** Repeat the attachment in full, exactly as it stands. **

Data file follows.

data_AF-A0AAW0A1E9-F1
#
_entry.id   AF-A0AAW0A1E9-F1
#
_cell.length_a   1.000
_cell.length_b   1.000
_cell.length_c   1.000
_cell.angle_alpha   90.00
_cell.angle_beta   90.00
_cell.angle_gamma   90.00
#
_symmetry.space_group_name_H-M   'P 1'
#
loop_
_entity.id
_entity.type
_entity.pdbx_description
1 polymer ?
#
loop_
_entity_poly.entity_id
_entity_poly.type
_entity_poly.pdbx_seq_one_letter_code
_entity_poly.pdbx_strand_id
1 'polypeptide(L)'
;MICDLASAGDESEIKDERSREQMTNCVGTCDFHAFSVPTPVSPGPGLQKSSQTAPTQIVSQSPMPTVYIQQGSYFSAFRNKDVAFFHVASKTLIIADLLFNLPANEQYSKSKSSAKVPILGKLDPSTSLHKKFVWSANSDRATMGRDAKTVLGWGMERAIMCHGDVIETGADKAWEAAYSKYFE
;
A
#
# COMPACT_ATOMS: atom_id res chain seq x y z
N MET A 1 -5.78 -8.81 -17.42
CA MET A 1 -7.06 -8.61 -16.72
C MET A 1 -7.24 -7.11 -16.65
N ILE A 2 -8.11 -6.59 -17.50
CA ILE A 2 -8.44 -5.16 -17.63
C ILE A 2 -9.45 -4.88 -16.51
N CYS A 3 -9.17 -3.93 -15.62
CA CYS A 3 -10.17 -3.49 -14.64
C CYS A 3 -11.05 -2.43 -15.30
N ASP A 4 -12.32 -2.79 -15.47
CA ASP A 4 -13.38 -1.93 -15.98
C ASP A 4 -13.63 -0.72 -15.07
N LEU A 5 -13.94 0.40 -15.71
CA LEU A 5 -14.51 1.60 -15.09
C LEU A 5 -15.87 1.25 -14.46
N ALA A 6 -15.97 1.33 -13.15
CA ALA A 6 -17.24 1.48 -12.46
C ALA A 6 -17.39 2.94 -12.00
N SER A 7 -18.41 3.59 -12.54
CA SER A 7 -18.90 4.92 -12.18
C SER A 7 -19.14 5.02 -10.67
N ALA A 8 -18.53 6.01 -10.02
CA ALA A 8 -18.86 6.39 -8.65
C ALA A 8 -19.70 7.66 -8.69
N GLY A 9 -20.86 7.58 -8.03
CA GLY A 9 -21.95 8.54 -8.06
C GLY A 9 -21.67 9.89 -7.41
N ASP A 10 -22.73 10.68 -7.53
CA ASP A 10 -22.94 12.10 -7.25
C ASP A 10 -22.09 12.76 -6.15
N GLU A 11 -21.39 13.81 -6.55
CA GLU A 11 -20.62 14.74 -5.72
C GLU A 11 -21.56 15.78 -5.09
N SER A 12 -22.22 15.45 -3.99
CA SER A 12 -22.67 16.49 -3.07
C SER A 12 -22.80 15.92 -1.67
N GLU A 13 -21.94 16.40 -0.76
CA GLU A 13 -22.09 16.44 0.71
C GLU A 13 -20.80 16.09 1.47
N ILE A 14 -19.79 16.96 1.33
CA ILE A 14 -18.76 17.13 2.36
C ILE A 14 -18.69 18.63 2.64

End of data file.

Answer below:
data_AF-A0AAW0A1E9-F1
#
_entry.id   AF-A0AAW0A1E9-F1
#
_cell.length_a   1.000
_cell.length_b   1.000
_cell.length_c   1.000
_cell.angle_alpha   90.00
_cell.angle_beta   90.00
_cell.angle_gamma   90.00
#
_symmetry.space_group_name_H-M   'P 1'
#
loop_
_entity.id
_entity.type
_entity.pdbx_description
1 polymer ?
#
loop_
_entity_poly.entity_id
_entity_poly.type
_entity_poly.pdbx_seq_one_letter_code
_entity_poly.pdbx_strand_id
1 'polypeptide(L)'
;MICDLASAGDESEIKDERSREQMTNCVGTCDFHAFSVPTPVSPGPGLQKSSQTAPTQIVSQSPMPTVYIQQGSYFSAFRNKDVAFFHVASKTLIIADLLFNLPANEQYSKSKSSAKVPILGKLDPSTSLHKKFVWSANSDRATMGRDAKTVLGWGMERAIMCHGDVIETGADKAWEAAYSKYFE
;
A
#
# COMPACT_ATOMS: atom_id res chain seq x y z
N MET A 1 -5.78 -8.81 -17.42
CA MET A 1 -7.06 -8.61 -16.72
C MET A 1 -7.24 -7.11 -16.65
N ILE A 2 -8.11 -6.59 -17.50
CA ILE A 2 -8.44 -5.16 -17.63
C ILE A 2 -9.45 -4.88 -16.51
N CYS A 3 -9.17 -3.93 -15.62
CA CYS A 3 -10.17 -3.49 -14.64
C CYS A 3 -11.05 -2.43 -15.30
N ASP A 4 -12.32 -2.79 -15.47
CA ASP A 4 -13.38 -1.93 -15.98
C ASP A 4 -13.63 -0.72 -15.07
N LEU A 5 -13.94 0.40 -15.71
CA LEU A 5 -14.51 1.60 -15.09
C LEU A 5 -15.87 1.25 -14.46
N ALA A 6 -15.97 1.33 -13.15
CA ALA A 6 -17.24 1.48 -12.46
C ALA A 6 -17.39 2.94 -12.00
N SER A 7 -18.41 3.59 -12.54
CA SER A 7 -18.90 4.92 -12.18
C SER A 7 -19.14 5.02 -10.67
N ALA A 8 -18.53 6.01 -10.02
CA ALA A 8 -18.86 6.39 -8.65
C ALA A 8 -19.70 7.66 -8.69
N GLY A 9 -20.86 7.58 -8.03
CA GLY A 9 -21.95 8.54 -8.06
C GLY A 9 -21.67 9.89 -7.41
N ASP A 10 -22.73 10.68 -7.53
CA ASP A 10 -22.94 12.10 -7.25
C ASP A 10 -22.09 12.76 -6.15
N GLU A 11 -21.39 13.81 -6.55
CA GLU A 11 -20.62 14.74 -5.72
C GLU A 11 -21.56 15.78 -5.09
N SER A 12 -22.22 15.45 -3.99
CA SER A 12 -22.67 16.49 -3.07
C SER A 12 -22.80 15.92 -1.67
N GLU A 13 -21.94 16.40 -0.76
CA GLU A 13 -22.09 16.44 0.71
C GLU A 13 -20.80 16.09 1.47
N ILE A 14 -19.79 16.96 1.33
CA ILE A 14 -18.76 17.13 2.36
C ILE A 14 -18.69 18.63 2.64